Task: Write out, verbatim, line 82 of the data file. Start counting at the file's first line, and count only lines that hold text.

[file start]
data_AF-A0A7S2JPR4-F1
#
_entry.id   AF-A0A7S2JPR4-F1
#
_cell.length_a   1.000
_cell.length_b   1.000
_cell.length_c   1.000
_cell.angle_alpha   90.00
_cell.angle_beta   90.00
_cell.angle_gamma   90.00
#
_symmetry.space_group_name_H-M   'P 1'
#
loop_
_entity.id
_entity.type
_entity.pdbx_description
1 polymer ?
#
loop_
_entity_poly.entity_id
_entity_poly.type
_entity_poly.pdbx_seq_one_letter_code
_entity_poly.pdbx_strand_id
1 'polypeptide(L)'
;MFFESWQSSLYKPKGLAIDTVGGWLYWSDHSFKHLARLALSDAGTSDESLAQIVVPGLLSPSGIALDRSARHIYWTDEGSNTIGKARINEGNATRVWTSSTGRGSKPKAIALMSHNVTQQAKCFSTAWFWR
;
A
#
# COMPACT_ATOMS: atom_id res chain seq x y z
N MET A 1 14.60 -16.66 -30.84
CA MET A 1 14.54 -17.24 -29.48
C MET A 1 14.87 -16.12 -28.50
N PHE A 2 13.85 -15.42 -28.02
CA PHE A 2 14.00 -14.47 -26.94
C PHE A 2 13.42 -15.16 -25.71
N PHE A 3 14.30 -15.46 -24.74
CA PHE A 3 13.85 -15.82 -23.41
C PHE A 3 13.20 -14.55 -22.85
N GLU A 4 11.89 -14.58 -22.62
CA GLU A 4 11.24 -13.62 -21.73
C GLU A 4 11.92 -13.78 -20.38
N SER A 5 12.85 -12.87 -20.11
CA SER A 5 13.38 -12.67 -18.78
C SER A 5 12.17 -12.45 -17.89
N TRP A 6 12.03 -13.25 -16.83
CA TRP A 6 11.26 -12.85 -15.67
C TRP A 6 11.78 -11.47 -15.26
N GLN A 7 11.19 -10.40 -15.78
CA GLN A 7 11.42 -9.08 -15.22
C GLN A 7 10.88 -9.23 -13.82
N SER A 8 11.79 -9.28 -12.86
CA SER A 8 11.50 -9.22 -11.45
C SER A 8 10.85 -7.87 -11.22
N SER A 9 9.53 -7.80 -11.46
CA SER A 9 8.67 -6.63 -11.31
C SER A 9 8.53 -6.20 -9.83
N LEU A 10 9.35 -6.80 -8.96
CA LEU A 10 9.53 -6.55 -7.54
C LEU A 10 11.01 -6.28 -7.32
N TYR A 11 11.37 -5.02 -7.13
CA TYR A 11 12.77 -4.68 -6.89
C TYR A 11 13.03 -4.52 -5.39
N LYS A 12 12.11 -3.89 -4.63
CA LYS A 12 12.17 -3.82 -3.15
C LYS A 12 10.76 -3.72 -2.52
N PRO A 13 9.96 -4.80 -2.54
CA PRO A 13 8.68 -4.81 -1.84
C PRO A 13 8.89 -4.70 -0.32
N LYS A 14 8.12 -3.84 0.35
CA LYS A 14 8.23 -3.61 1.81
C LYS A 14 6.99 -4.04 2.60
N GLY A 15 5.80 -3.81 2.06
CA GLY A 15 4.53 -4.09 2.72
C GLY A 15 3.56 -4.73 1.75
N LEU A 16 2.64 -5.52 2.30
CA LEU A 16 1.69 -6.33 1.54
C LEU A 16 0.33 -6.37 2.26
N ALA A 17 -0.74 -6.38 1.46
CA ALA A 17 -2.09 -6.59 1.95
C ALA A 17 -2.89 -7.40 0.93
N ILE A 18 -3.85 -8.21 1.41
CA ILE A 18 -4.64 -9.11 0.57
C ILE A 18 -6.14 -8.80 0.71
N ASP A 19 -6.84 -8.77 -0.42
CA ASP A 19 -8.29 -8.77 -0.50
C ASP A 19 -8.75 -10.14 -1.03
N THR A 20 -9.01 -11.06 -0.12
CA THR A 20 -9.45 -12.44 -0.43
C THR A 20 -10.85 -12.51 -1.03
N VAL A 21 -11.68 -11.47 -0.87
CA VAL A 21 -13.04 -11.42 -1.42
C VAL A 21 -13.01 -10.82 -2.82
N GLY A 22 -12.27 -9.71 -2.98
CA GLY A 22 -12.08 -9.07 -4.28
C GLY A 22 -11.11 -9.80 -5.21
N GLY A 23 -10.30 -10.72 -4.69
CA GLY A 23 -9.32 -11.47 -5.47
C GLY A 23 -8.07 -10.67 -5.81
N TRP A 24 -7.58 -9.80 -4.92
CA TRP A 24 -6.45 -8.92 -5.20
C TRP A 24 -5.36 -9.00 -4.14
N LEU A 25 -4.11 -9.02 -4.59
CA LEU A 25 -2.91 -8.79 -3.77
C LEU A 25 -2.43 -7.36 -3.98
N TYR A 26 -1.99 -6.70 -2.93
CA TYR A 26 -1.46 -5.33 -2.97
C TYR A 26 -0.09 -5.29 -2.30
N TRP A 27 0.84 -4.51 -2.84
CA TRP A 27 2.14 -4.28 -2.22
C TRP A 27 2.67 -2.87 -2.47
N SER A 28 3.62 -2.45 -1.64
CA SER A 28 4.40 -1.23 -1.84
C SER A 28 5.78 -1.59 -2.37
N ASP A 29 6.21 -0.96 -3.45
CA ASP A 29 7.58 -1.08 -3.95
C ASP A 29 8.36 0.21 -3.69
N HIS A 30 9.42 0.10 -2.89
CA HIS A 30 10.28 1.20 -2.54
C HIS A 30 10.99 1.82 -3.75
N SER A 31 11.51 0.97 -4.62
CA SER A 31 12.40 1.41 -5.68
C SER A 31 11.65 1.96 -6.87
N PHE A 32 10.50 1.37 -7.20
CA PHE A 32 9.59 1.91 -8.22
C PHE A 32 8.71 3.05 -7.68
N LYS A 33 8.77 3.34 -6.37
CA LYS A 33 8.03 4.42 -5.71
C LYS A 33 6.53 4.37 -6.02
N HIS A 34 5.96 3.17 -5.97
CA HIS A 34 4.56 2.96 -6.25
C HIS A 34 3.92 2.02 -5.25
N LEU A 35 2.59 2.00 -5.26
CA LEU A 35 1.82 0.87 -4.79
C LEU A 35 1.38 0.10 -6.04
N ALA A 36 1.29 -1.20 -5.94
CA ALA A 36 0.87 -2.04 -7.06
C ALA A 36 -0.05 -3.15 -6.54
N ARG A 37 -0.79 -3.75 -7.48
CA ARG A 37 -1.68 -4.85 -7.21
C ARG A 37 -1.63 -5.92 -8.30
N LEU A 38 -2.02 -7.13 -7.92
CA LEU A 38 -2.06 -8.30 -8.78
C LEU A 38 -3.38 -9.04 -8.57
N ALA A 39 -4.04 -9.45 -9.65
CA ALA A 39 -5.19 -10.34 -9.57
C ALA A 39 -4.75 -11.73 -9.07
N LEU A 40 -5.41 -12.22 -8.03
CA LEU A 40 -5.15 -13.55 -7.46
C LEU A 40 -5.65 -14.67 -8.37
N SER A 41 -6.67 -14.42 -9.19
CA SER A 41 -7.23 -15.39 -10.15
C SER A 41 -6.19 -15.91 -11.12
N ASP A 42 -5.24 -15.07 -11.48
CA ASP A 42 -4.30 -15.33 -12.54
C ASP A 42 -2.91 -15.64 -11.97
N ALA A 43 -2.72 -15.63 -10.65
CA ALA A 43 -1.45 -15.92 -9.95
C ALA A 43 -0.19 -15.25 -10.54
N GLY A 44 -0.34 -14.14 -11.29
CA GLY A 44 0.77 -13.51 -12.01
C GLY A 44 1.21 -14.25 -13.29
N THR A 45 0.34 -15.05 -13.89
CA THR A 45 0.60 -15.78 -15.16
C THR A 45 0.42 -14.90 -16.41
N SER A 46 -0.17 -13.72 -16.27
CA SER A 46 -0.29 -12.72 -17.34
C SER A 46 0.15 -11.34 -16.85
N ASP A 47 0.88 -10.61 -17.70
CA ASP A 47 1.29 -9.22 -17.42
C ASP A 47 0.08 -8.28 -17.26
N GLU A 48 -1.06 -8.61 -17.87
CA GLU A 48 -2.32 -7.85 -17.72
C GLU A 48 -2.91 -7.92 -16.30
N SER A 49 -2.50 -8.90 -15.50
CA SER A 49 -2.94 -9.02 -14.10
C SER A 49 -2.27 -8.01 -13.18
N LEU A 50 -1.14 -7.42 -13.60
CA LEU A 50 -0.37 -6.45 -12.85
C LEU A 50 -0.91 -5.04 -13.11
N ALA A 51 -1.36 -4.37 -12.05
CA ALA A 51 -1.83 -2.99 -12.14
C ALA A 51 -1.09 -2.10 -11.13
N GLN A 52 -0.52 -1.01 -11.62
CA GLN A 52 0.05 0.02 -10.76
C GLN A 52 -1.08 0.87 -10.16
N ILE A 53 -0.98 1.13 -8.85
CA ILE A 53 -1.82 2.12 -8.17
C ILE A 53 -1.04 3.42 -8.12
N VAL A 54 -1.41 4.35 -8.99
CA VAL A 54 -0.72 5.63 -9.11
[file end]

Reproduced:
N ILE A 18 -3.85 -8.21 1.41